There were several trials to fly in old history, the idea was brought to mind after the invention of kites by Chinese, then Leonardo da Vinci made the first real studies of flight in the 1480’s. He had over 100 drawings that illustrated his theories on flight. The Orthopteran flying machine was never actually created. It was a design that Leonardo da Vinci created to show how man could fly. The modern-day helicopter is based on this concept. In 19 century Otto Lilienthal, a German engineer studded the flight of birds, he wrote a book about that and after many trials with his glider he was crushed and died. His book was used by the Wright Brothers as the basis for their designs.
The work of all of these men was known to the Wright Brothers when they built their successful, powered airplane in 1903. The first of its kind to carry a man aloft, the Wright Flyer had thin, cloth-covered wings attached to what was primarily truss structures made of wood. The wings contained forward and rear spars and were supported with both struts and wires. Stacked wings (two sets) were also part of the Wright Flyer. still supported by wires, but a mast extending above the fuselage enabled the wings to be supported from above, as well as underneath. This made possible the extended wing length needed to lift an aircraft with a single set of wings. Bleriot used a Pratt truss-type fuselage frame.
More powerful engines were developå and airframe structures changed to take advantage of the benefits. As early as 1910, German Hugo Junkers was able to build an aircraft with metal truss construction and metal skin due to the availability of stronger power plants to thrust the plane forward and into the sky. The use of metal instead of wood for the primary structure eliminated the need for external wing braces and wires. His J-1 also had a single set of wings (a monoplane) instead of a stacked set. (History) Leading up to World War I (WWI), stronger engines also allowed designers to develop thicker wings with stronger spars. Wire wing bracing was no longer needed. Flatter, lower wing surfaces on high-camber wings created more lift. WWI expanded the need for large quantities of reliable aircraft. Used mostly for reconnaissance, stacked-wing tail draggers with wood and metal truss frames with mostly fabric skin dominated the wartime sky.
The history of airplanes structures underlies the history of aviation in general. Advances in materials and processes used to construct airplanes have led to their evolution from simple wood truss structures to the sleek aerodynamic machines of today. Combined with continuous power plant development, the structures of “flying machines” have changed significantly. The discovery of how to “lift” could be created by passing air over the top of a curved surface set the development of fixed and rotary-wing aircraft in motion. Leading up to World War I (WWI), stronger engines also allowed designers to develop thicker wings with stronger spars. Wire wing bracing was no longer needed. Flatter, lower wing surfaces on high-camber wings created more lift. WWI expanded the need for large quantities of reliable aircraft. Used mostly for reconnaissance, stacked-wing tail draggers with wood and metal truss frames with mostly fabric skin dominated the wartime sky. Using metal in aircraft construction increased, and the knowledge that inspired in using planes in war affected the planes that were built, World War II accelerated advances in aviation technology.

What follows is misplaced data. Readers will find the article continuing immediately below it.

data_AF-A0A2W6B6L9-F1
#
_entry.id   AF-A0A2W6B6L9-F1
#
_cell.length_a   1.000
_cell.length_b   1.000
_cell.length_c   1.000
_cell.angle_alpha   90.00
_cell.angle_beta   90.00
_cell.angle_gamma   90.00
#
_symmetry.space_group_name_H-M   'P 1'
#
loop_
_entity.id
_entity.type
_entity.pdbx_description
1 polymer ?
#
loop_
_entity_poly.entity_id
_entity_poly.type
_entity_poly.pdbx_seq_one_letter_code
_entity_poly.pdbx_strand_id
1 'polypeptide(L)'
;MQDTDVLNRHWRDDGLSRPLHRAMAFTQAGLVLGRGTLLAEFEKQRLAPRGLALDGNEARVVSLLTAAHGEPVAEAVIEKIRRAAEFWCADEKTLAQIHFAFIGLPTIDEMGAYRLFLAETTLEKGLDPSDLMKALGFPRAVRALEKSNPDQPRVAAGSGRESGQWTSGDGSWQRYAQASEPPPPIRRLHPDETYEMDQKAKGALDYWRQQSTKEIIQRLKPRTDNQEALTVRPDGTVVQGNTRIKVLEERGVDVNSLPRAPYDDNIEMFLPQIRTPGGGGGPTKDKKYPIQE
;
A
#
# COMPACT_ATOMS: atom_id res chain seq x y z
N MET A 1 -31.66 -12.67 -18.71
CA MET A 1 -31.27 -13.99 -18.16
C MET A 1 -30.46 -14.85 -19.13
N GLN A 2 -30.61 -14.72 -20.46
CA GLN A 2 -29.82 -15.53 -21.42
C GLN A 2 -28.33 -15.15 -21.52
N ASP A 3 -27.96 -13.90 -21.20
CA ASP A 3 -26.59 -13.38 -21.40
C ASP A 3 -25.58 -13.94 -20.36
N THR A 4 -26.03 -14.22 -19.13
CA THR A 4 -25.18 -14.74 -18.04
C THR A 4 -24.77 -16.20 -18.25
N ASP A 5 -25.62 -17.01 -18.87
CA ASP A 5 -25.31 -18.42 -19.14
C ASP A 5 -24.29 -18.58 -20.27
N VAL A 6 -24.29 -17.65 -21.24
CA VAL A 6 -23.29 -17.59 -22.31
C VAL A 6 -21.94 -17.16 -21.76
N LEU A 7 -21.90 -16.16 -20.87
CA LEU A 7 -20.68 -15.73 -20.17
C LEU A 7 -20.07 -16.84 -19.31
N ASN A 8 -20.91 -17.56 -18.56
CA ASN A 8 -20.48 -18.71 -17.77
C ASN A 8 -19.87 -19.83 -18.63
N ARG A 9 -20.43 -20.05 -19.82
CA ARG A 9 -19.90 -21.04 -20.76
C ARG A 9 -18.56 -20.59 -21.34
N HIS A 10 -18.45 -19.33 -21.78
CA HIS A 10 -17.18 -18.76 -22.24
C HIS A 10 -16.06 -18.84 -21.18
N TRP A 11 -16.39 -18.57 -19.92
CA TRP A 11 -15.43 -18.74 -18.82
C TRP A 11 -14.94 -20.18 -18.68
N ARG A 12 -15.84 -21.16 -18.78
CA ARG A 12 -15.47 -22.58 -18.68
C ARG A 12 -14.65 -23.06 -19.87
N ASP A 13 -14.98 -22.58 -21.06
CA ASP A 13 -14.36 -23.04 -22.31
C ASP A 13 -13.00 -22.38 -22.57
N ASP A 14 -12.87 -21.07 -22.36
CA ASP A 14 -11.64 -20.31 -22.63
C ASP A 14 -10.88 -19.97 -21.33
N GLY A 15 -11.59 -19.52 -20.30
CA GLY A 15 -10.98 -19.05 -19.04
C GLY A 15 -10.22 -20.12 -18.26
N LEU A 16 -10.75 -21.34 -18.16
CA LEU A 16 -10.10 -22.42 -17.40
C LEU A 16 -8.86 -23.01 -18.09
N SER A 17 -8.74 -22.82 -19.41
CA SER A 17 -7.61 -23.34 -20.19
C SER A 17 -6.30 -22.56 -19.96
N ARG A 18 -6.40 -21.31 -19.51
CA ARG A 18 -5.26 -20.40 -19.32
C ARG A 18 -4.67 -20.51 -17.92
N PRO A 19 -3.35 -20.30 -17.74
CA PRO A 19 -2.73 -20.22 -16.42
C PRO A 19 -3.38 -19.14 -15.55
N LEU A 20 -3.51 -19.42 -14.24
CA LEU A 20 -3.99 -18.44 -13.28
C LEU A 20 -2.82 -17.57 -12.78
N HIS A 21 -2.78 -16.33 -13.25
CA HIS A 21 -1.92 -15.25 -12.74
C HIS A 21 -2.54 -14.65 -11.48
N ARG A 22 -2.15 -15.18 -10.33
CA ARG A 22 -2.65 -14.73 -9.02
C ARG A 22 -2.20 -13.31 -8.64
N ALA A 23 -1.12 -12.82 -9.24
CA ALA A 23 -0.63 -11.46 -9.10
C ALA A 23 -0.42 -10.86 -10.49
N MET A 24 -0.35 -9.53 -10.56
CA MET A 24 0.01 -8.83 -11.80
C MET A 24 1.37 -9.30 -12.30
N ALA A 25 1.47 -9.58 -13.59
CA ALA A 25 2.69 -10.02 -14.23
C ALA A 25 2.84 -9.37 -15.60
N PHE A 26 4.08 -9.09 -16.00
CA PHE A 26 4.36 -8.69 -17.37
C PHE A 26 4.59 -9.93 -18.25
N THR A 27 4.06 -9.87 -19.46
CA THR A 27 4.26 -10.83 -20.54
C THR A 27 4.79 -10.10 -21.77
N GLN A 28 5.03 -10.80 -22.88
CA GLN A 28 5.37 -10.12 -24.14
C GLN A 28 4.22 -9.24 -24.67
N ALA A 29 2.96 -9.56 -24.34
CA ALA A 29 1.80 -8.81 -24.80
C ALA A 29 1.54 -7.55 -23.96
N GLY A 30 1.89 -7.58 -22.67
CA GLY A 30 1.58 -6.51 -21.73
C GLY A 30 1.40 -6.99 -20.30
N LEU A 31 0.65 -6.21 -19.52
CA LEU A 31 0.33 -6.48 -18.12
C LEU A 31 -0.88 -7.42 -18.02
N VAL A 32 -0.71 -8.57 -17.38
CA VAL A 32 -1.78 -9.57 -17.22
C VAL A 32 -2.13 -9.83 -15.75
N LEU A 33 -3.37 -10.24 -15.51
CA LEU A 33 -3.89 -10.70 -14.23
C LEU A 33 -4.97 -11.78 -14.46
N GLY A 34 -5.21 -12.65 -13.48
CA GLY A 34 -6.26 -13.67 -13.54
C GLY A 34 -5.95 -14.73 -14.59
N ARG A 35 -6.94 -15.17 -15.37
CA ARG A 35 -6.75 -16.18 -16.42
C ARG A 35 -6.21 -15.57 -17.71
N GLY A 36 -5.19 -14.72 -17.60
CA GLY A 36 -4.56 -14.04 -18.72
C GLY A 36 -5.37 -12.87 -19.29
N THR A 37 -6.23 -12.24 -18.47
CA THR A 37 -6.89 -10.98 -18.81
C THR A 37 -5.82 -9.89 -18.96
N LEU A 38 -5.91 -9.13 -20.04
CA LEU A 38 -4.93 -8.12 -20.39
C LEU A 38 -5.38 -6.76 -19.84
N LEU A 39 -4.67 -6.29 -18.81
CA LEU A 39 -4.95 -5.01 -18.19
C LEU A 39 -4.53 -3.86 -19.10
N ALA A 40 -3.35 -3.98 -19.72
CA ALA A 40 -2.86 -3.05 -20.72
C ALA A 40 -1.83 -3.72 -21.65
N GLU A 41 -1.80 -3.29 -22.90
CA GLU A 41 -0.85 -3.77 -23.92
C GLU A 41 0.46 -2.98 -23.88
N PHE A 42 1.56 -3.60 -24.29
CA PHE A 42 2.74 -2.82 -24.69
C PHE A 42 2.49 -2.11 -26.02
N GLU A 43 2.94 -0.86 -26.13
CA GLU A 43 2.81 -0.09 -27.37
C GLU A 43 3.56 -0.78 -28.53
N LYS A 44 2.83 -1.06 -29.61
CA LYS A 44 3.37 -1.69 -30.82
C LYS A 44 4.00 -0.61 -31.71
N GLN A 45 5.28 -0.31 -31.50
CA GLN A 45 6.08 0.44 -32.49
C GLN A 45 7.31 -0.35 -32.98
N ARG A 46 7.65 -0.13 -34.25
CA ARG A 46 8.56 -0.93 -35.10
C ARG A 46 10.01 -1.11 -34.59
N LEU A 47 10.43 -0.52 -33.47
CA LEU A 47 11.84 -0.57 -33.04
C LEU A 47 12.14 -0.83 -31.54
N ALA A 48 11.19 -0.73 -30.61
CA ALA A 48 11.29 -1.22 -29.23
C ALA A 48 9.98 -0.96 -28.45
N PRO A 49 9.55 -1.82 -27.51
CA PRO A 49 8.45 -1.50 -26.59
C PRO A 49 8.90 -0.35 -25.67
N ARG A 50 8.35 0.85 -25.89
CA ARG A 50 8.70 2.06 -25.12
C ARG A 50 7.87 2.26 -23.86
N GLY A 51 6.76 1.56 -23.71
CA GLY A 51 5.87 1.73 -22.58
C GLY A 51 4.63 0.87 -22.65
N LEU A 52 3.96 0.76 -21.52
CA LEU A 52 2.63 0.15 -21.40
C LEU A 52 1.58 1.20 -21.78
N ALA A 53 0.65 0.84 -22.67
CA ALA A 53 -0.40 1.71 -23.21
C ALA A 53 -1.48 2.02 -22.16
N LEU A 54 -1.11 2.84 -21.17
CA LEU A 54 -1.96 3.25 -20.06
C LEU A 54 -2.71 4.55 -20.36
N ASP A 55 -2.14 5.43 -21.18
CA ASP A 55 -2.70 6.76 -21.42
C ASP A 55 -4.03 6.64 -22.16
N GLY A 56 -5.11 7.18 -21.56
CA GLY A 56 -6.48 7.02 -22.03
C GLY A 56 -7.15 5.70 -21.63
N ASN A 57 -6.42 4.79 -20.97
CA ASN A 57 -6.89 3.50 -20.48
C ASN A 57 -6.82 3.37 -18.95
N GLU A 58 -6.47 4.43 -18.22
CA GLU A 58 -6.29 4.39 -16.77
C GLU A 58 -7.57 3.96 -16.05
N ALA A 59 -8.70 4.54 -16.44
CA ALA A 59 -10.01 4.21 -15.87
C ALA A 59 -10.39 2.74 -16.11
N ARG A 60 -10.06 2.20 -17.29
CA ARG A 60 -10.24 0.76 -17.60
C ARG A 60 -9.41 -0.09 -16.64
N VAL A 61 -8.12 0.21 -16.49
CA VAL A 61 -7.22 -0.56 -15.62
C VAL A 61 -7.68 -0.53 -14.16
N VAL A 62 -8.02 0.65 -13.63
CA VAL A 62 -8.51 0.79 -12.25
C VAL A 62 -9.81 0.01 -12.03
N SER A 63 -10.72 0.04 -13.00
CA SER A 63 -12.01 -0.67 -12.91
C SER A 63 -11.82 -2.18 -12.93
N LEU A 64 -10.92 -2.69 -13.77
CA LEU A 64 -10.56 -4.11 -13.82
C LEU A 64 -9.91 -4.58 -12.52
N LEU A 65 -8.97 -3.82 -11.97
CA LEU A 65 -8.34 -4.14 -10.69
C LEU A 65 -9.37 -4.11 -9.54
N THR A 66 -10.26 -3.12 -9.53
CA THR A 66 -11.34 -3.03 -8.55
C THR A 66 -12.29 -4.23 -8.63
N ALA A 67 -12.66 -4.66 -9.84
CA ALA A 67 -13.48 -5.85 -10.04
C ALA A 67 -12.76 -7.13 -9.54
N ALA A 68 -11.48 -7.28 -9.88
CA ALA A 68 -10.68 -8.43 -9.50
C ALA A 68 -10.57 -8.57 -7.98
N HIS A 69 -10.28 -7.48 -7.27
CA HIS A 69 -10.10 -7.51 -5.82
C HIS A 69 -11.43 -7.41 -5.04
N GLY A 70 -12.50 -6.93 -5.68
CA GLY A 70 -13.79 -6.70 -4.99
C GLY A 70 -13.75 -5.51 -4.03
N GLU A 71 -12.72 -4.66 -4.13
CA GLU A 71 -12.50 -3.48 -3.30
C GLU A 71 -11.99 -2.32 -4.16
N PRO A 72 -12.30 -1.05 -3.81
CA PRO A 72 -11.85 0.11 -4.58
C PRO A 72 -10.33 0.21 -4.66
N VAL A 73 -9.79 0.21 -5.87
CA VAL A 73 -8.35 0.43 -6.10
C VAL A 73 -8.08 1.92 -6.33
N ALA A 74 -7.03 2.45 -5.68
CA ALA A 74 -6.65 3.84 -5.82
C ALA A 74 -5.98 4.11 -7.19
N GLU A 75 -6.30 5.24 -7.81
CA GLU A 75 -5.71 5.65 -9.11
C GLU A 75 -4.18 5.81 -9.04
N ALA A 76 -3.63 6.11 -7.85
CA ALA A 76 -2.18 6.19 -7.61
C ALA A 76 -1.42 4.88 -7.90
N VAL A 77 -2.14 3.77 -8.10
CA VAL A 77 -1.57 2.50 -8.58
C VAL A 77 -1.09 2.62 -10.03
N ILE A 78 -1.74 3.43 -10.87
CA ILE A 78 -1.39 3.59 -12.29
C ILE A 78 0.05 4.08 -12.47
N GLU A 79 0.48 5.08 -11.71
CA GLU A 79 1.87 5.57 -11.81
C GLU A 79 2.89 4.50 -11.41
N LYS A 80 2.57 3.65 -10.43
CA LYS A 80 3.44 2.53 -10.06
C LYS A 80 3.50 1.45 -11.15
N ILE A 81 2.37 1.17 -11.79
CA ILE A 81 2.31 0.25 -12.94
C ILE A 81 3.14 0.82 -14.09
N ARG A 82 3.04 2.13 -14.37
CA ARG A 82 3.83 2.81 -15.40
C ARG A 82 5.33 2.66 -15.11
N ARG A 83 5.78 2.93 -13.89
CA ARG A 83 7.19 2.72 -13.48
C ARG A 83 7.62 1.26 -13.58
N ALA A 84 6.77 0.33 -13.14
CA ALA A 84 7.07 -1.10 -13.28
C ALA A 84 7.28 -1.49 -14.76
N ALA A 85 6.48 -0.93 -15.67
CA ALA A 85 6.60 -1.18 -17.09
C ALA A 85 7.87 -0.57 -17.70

Planes and transportation:
Airplanes were around the first few years of the 20th century, but flying was a risky endeavor not commonplace until 1925. In this year, the Air Mail Act facilitated the development of the airline industry by allowing the postmaster to contract with private airlines to deliver mail. Shortly thereafter, the Air Commerce Act gave the Secretary of Commerce power to establish airways, certify aircraft, license pilots, and issue and enforce air traffic regulations. The first commercial airlines included Pan American, Western Air Express and Ford Transport Service. Within 10 years, many modern-day airlines, such as United and American, had emerged as major players. The Oldest Airports in The World is College Park Airport in the U.S. state of Maryland is the oldest airport that is still in operation. The airport was established in the year 1909 as a training field by the Wright brothers, and was used to train two military men to fly the U.S. Federal government’s first airplane. The airport has been continuously operated since then and is a getaway to Prince George’s County, Maryland and Washington, DC.
The airport was home to the first female passenger flown in a powered aircraft in 1909. The first airplane to make a mile-high flight took off from College Park Airport. The airport has been operated by Maryland-National Capital Park and Planning Commission since 1973.It is located near the Metro Rail network which makes it readily available for commuters. Additional facilities include weather briefing, fueling services, and a pilot’s lounging area.
Today, planes are basically flying buses. Seats are crammed together. The food stinks or is nonexistent. The bathrooms are gross, tiny, and getting smaller. A flight is something to be endured, not enjoyed. But flying today is better than it ever was back in the day, for four key reasons: it’s cheaper, it’s safer, it’s faster, and it’s never been more luxurious — if you have money to spend.